Source: Roststagentstvo, the International Energy Agency, OECD, The RF Ministry for Energy and Fuel, the RF State Customs Service, the author’s calculations

As the calculations show, the domestic oil consumption grew from 123.2 mln.t. in 19998 up to 128.6 mln.t. in 199, or by 4.4%. This tend is likely to be related to the ongoing economic growth, primarily to the renewal of industrial output and the related growth in cargo transportation. By our estimates, at the same time, the net export of oil petroleum, and petroleum derivatives fell from 180.2 to 176.4 mln.t., or by 2.1%. It is the export of crude oil which still prevails in the structure of the Russian oil export supplies, while the major share of the export of petroleum derivatives falls on diesel fuel and black oil. In 1999, the share of export in the output of diesel fuel made up 48%, black oil- 42.7%, petrol- 7.2%. The export supplies of natural gas grew by 1%, and they. To a substantial degree were constrained by the CIS countries’ insolvency.

As a result of the growth in world prices for oil, the value volume of the Russian oil export grew significantly. With some drop in the physical volume, the total value of the Russian export of oil and main kinds of petroleum derivatives ( petrol, diesel fuel, and black oil) grew from USD 14 bln. in 1998 up to 18.3 bln. in 1999, or by 30.7%.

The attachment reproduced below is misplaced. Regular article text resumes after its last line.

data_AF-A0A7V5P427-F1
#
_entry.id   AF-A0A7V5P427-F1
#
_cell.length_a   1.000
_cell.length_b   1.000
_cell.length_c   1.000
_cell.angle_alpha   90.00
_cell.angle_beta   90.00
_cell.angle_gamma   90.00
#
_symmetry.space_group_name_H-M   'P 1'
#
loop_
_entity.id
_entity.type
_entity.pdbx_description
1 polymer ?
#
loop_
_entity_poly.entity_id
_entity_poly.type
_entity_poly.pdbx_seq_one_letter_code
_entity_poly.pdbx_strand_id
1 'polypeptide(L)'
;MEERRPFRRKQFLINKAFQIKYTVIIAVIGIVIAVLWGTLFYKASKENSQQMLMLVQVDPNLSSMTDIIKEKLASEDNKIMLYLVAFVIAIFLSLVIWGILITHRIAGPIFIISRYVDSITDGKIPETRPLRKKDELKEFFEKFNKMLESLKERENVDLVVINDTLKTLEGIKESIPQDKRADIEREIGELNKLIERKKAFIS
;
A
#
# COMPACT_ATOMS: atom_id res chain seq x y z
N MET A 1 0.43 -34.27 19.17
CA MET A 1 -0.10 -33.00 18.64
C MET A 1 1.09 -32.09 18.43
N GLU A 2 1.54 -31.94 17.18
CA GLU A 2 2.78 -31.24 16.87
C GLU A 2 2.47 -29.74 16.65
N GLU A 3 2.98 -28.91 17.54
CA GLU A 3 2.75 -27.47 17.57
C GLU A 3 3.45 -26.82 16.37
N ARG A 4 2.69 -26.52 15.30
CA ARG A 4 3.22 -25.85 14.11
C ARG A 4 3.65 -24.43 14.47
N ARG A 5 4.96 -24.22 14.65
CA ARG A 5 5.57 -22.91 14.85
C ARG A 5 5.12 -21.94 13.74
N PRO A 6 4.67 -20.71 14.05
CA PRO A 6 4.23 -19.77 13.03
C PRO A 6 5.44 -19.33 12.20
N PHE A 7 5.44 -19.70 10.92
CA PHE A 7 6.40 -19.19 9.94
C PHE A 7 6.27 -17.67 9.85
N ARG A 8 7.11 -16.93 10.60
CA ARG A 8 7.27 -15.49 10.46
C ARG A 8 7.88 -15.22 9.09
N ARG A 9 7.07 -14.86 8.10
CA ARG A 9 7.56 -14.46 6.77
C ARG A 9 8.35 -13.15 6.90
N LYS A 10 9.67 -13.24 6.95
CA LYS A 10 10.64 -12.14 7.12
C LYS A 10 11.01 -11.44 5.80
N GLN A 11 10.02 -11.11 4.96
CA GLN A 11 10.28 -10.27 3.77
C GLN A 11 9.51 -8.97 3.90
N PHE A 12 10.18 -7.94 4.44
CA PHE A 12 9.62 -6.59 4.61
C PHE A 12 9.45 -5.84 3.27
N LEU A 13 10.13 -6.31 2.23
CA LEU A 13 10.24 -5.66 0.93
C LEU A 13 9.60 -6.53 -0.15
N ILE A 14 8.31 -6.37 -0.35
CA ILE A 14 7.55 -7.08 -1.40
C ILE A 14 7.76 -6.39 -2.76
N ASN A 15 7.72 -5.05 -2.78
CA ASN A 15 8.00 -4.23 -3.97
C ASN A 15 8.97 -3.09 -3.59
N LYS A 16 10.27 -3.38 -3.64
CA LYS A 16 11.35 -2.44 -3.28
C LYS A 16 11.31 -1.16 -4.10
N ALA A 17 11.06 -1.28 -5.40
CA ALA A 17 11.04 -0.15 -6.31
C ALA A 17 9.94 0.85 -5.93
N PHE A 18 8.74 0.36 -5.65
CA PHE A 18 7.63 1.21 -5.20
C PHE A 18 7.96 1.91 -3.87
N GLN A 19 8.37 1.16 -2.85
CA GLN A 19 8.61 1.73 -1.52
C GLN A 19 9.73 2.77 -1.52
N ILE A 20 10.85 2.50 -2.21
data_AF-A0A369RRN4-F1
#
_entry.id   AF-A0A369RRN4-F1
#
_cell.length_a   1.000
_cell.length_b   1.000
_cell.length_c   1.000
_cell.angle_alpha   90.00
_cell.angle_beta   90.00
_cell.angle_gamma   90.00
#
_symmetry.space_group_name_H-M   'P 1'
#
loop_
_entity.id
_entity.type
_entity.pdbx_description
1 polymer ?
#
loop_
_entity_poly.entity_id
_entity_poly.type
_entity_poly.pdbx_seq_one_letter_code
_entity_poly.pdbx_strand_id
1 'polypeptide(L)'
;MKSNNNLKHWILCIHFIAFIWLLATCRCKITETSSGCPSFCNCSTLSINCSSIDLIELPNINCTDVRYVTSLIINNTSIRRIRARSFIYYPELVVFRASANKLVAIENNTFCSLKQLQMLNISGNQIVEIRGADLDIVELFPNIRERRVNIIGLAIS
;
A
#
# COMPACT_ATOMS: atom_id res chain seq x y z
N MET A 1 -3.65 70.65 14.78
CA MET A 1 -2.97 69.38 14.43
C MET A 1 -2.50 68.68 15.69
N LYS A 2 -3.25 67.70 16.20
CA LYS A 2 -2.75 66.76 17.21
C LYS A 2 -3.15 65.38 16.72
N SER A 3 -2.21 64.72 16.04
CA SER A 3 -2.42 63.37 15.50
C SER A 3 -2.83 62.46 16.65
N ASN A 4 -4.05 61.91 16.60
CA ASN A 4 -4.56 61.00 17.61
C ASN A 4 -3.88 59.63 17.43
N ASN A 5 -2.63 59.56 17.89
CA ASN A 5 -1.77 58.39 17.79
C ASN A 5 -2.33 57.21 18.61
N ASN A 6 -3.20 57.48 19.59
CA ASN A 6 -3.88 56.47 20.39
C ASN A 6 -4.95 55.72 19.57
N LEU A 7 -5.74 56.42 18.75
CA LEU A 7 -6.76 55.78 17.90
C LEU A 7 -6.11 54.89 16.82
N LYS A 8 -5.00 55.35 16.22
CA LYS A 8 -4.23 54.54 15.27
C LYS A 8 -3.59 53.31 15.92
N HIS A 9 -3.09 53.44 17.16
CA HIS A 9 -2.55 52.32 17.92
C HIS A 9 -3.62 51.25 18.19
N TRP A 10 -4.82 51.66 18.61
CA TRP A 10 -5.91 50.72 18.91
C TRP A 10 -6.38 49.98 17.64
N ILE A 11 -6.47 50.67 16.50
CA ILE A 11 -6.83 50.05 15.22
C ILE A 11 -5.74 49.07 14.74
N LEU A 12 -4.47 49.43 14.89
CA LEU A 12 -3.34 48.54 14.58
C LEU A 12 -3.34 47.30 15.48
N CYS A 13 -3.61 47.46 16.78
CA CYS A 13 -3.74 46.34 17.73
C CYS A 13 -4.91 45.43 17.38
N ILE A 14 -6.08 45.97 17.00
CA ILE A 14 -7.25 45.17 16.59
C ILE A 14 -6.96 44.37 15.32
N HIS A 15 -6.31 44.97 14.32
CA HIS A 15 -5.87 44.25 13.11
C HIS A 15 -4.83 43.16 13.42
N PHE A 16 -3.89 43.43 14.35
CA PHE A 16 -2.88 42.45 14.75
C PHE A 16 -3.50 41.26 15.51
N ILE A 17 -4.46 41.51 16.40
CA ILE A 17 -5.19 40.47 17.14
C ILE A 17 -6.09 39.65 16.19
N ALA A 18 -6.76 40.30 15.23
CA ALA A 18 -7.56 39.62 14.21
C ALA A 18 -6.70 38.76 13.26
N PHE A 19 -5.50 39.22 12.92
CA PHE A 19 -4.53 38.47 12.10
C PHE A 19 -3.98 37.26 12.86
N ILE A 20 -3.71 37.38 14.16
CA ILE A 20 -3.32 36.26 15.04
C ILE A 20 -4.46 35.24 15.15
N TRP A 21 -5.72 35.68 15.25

As the analysis of the long- term dynamics of the Russian energy export shows, the total net export of oil and petroleum derivatives is still significantly lower compared with the pre-reform period, though it has tended to grow over recent years. As the statistical data show, it slid from 246 mln.t. in 1990 to 176.4 mln.t. in 1999, or by 28.4%. At the same time, as a result of a sharp fall in the domestic oil consumption ( by our estimates, it slid from 269.9 mln.t. in 1990 to 128.6 mln.t. in 1999, i.e. as much as over two times), the proportional weight of export supplies of oil and petroleum derivatives in the oil output grew from 47.7% up to 57.8% over the period concerned. As concerns gas supplies, one notes the growth in both the physical volume of its export and in the proportional weight of export in the output. At the same time, according to our calculations, the total net export of oil, petroleum derivatives and natural gas slid from 407.6 mln.t. in oil equivalent in 1990 to 358.6 mln.t. in 1999, or by 12%. At the same time, the proportional weight of net export in the aggregate output of oil and petroleum derivatives grew from 37.3% up to 42.9%. In the light of that, one can state the intensification of the export orientation of the oil and gas sector, however, it should be emphasized that the said intensification is related to the fall in the output of carbohydrates due to the deteriorating conditions of their production, fall in their domestic consumption and in supplies to the Near-Abroad countries rather than to a growth in the absolute export volume.

In 1999, the oil and gas sector’s organizational structure experience visible changes. In September, LUKOIL management officially announced an acquisition of the control block of KomiTEK, the inclusion of which in LUKOIL strengthened the latter’s position in the oil sector notably and allowed LUKOIL being far ahead of its competitors. In October, Tymen Oil Company (TNK) acquired Kondpetroleum with the annual oil output of 2.5 mln.t. In the past, Kondpetroleum was owned by SIDANCO, against which at present bankruptcy procedures have been launched.